A word or phrase that is commonly used in conversational speech (e.g. skinny, grandma).
(colloquial)
(close-knit)
a. unido
My sister and I are really tight since she got divorced.Mi hermana y yo estamos muy unidas desde que se divorció.
10. (sharp)
a. cerrado
The car went off the road at a tight bend.El carro se salió de la carretera en una curva cerrada.
11. (scanty)
a. escaso
Money was tight when we first started out.Andábamos escasos de dinero cuando empezamos.
b. estrecho
Their margin of victory was very tight.Su margen de victoria fue muy estrecho.
c. limitado
We are working on a very tight budget.Trabajamos con un presupuesto muy limitado.
12. (close)
a. reñido
The game was really tight until the final minutes.El partido estuvo muy reñido hasta los últimos minutos.
13. (awesome)
a. genial
What a tight song! Is that Bruno Mars singing?¡Qué tema genial! ¿El que canta es Bruno Mars?
b. chido
A word or phrase that is commonly used in conversational speech (e.g. skinny, grandma).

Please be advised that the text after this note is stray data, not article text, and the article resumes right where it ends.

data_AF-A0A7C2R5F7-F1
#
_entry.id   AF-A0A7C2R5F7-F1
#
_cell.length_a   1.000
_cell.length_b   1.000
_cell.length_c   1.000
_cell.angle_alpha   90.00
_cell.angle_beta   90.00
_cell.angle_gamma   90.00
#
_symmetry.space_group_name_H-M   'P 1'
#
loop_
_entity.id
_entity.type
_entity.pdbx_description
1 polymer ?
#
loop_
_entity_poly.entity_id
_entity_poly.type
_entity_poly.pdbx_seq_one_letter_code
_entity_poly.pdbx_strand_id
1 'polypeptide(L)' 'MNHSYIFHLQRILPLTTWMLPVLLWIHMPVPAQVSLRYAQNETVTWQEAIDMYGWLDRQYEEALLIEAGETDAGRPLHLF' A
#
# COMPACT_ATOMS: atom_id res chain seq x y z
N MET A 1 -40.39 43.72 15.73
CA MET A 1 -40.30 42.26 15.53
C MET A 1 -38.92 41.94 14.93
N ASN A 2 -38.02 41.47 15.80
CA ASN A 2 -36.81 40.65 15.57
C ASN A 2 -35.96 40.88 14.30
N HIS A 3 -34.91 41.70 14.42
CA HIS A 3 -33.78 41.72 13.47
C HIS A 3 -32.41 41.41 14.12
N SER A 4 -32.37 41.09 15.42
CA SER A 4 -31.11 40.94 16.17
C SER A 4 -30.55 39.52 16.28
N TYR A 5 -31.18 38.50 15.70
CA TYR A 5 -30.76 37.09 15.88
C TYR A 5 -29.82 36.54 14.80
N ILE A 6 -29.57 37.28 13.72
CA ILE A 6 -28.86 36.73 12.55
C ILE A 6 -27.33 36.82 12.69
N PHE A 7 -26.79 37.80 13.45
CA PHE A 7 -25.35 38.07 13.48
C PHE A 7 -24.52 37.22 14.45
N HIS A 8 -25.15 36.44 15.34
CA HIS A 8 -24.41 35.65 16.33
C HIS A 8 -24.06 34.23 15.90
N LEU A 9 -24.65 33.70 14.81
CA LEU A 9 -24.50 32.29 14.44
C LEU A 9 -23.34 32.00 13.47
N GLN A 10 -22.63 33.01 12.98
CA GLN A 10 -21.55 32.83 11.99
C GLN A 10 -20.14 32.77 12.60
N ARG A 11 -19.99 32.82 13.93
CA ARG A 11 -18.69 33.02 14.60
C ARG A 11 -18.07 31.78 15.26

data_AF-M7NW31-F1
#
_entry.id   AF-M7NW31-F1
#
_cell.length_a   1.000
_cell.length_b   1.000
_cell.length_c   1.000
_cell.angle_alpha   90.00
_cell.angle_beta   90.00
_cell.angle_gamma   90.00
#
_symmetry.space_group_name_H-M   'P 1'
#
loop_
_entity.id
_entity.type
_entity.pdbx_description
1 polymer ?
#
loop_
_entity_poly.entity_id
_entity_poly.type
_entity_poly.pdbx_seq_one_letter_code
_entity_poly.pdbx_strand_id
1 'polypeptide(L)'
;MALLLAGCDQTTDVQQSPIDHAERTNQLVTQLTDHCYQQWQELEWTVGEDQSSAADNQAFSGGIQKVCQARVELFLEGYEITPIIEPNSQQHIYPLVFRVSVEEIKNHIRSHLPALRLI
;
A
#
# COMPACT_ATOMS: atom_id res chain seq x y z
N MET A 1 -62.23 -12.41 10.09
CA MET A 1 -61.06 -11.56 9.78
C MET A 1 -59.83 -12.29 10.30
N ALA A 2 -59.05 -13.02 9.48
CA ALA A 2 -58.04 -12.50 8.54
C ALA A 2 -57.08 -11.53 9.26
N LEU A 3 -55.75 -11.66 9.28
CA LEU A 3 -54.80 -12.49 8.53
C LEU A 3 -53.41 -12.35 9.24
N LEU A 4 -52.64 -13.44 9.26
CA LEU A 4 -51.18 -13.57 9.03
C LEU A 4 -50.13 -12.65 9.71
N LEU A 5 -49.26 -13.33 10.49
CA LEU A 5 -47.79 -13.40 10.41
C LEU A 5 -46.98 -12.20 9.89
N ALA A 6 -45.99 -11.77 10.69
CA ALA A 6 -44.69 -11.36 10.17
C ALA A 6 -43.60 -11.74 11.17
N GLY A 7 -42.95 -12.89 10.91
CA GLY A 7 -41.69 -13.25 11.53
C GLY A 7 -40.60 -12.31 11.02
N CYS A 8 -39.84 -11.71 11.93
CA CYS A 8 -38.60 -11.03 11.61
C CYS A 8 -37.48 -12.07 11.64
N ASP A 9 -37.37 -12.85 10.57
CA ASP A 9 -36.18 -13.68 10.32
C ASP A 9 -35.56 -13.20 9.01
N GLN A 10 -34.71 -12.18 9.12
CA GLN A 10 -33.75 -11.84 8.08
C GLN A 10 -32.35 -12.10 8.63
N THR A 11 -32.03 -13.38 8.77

(colloquial)
Regionalism used in Mexico
(Mexico)
That's a tight car! When did you get it?¡Qué carro más chido! ¿Cuándo te lo compraste?
c. padre
A word or phrase that is commonly used in conversational speech (e.g. skinny, grandma).
(colloquial)
Regionalism used in Mexico
(Mexico)
You're going to Paris to study? That's tight!¿Te vas a estudiar a París? ¡Qué padre!
d. chévere
A word or phrase that is commonly used in conversational speech (e.g. skinny, grandma).
(colloquial)
Regionalism used in Venezuela
(Venezuela)
Hey, new sneakers? They're tight!Oye, ¿tenis nuevos? ¡Son bien chévere!
e. copado (River Plate)
I got a new bike for my birthday. -That's tight, dude!Me regalaron una bici nueva para mi cumpleaños. - ¡Che, qué copado!
f. bacano
A word or phrase that is commonly used in conversational speech (e.g. skinny, grandma).
(colloquial)
Regionalism used in Colombia
(Colombia)
Keith's band is super tight.La banda de Keith es súper bacana.
14. (not enough space)
a. estrecho
I liked the service in the hotel but the rooms are tight for more than two people and we were four.Me gustó el servicio del hotel pero las habitaciones son estrechas para más de dos personas y éramos cuatro.
An adverb is a word that describes a verb, an adjective, or other adverbs (e.g. to run quickly, very tired).
15. (with force)
a. fuerte
Hold on tight because there's a steep fall coming up.Agárrate fuerte porque viene una bajada muy empinada.
b. bien
Close the lid tight so bugs don't get into the jar.Cierra bien la tapa para que no le entren moscas al frasco.